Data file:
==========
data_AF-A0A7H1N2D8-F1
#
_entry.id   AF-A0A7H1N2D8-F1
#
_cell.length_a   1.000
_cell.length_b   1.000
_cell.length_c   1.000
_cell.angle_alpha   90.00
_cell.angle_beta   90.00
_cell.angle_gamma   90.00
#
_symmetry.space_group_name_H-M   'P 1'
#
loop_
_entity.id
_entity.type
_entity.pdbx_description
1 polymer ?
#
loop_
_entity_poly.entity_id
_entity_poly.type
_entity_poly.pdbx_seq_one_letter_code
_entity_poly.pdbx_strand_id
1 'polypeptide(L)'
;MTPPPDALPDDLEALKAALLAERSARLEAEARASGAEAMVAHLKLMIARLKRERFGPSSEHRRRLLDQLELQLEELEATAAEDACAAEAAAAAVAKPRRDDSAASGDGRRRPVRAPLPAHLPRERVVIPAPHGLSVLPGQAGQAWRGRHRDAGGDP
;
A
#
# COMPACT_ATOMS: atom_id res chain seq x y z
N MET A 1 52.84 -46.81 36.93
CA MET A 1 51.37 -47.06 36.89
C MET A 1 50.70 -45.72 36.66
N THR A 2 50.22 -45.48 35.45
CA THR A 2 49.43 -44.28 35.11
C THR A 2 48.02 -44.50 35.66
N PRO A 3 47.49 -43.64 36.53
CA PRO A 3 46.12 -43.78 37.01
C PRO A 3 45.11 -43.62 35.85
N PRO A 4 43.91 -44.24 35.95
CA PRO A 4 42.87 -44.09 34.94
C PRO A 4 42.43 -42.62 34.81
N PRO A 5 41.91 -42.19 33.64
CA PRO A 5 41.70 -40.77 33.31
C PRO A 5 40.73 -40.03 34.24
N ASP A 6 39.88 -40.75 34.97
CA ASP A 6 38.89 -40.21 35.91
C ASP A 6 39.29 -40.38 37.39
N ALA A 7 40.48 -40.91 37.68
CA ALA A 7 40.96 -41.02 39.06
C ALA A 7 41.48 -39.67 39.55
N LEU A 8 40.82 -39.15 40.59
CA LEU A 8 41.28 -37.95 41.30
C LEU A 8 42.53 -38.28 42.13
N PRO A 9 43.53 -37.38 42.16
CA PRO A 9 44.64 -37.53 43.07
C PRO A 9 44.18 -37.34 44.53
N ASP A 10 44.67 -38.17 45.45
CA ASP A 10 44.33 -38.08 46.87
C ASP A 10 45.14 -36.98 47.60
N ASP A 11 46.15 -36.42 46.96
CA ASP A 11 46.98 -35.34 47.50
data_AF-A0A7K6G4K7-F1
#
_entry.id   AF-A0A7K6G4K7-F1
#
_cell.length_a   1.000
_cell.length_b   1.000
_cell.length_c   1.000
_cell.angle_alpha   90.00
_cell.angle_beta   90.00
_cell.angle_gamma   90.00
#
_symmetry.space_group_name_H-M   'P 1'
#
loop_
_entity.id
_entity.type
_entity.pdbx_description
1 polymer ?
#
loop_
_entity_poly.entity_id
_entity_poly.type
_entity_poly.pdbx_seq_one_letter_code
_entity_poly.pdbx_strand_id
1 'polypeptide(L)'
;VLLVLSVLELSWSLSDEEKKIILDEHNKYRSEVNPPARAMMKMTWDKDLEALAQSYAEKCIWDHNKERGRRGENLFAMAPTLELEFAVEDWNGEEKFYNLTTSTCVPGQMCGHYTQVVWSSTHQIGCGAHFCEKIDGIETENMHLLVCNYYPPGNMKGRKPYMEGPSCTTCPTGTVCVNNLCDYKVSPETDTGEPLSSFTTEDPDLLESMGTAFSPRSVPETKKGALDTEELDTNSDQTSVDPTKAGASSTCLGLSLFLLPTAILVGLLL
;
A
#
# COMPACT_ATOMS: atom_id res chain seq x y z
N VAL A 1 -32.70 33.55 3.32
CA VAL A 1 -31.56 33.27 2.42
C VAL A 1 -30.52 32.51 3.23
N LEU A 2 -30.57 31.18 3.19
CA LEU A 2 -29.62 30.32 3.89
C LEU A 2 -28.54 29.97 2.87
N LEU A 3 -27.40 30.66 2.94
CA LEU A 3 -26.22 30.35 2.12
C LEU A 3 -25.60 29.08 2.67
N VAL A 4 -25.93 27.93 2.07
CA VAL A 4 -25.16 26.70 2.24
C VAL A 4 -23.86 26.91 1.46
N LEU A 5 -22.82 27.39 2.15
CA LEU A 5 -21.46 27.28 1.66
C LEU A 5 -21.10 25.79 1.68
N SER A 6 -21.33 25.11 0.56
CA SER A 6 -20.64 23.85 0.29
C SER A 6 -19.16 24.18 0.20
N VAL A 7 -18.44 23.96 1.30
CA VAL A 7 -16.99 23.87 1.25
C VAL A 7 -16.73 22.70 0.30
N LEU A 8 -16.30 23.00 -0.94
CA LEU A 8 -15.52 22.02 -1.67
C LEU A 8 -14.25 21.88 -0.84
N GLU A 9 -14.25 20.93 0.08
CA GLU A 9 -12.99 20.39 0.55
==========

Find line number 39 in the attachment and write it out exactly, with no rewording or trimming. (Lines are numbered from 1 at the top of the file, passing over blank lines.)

C PRO A 3 45.11 -43.62 35.85